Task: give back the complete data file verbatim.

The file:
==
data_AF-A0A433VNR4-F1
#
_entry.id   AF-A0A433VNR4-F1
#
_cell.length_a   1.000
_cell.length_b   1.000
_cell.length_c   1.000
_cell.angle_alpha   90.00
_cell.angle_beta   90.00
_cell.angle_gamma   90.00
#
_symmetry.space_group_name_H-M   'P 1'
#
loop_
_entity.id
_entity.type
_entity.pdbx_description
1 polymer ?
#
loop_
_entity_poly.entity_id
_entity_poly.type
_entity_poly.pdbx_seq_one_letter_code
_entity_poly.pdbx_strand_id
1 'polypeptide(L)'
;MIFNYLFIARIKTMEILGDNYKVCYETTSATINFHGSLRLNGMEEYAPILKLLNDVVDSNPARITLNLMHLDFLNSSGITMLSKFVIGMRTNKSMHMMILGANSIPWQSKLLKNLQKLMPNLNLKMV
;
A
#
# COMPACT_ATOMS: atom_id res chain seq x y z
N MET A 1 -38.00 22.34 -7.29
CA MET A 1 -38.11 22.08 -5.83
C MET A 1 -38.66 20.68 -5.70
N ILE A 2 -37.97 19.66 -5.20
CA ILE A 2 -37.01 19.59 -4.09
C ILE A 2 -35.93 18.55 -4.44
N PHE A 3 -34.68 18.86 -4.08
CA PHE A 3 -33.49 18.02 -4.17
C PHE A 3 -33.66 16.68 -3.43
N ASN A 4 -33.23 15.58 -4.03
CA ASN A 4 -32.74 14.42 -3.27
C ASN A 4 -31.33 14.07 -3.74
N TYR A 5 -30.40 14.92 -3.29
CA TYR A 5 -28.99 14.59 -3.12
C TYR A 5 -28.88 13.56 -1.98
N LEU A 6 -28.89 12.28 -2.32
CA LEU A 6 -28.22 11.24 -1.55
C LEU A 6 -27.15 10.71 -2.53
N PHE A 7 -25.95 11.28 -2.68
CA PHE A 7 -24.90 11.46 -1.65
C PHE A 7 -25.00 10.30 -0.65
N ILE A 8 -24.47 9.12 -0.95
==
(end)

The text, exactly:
data_AF-A0A433VNR4-F1
#
_entry.id   AF-A0A433VNR4-F1
#
_cell.length_a   1.000
_cell.length_b   1.000
_cell.length_c   1.000
_cell.angle_alpha   90.00
_cell.angle_beta   90.00
_cell.angle_gamma   90.00
#
_symmetry.space_group_name_H-M   'P 1'
#
loop_
_entity.id
_entity.type
_entity.pdbx_description
1 polymer ?
#
loop_
_entity_poly.entity_id
_entity_poly.type
_entity_poly.pdbx_seq_one_letter_code
_entity_poly.pdbx_strand_id
1 'polypeptide(L)'
;MIFNYLFIARIKTMEILGDNYKVCYETTSATINFHGSLRLNGMEEYAPILKLLNDVVDSNPARITLNLMHLDFLNSSGITMLSKFVIGMRTNKSMHMMILGANSIPWQSKLLKNLQKLMPNLNLKMV
;
A
#
# COMPACT_ATOMS: atom_id res chain seq x y z
N MET A 1 -38.00 22.34 -7.29
CA MET A 1 -38.11 22.08 -5.83
C MET A 1 -38.66 20.68 -5.70
N ILE A 2 -37.97 19.66 -5.20
CA ILE A 2 -37.01 19.59 -4.09
C ILE A 2 -35.93 18.55 -4.44
N PHE A 3 -34.68 18.86 -4.08
CA PHE A 3 -33.49 18.02 -4.17
C PHE A 3 -33.66 16.68 -3.43
N ASN A 4 -33.23 15.58 -4.03
CA ASN A 4 -32.74 14.42 -3.27
C ASN A 4 -31.33 14.07 -3.74
N TYR A 5 -30.40 14.92 -3.29
CA TYR A 5 -28.99 14.59 -3.12
C TYR A 5 -28.88 13.56 -1.98
N LEU A 6 -28.89 12.28 -2.32
CA LEU A 6 -28.22 11.24 -1.55
C LEU A 6 -27.15 10.71 -2.53
N PHE A 7 -25.95 11.28 -2.68
CA PHE A 7 -24.90 11.46 -1.65
C PHE A 7 -25.00 10.30 -0.65
N ILE A 8 -24.47 9.12 -0.95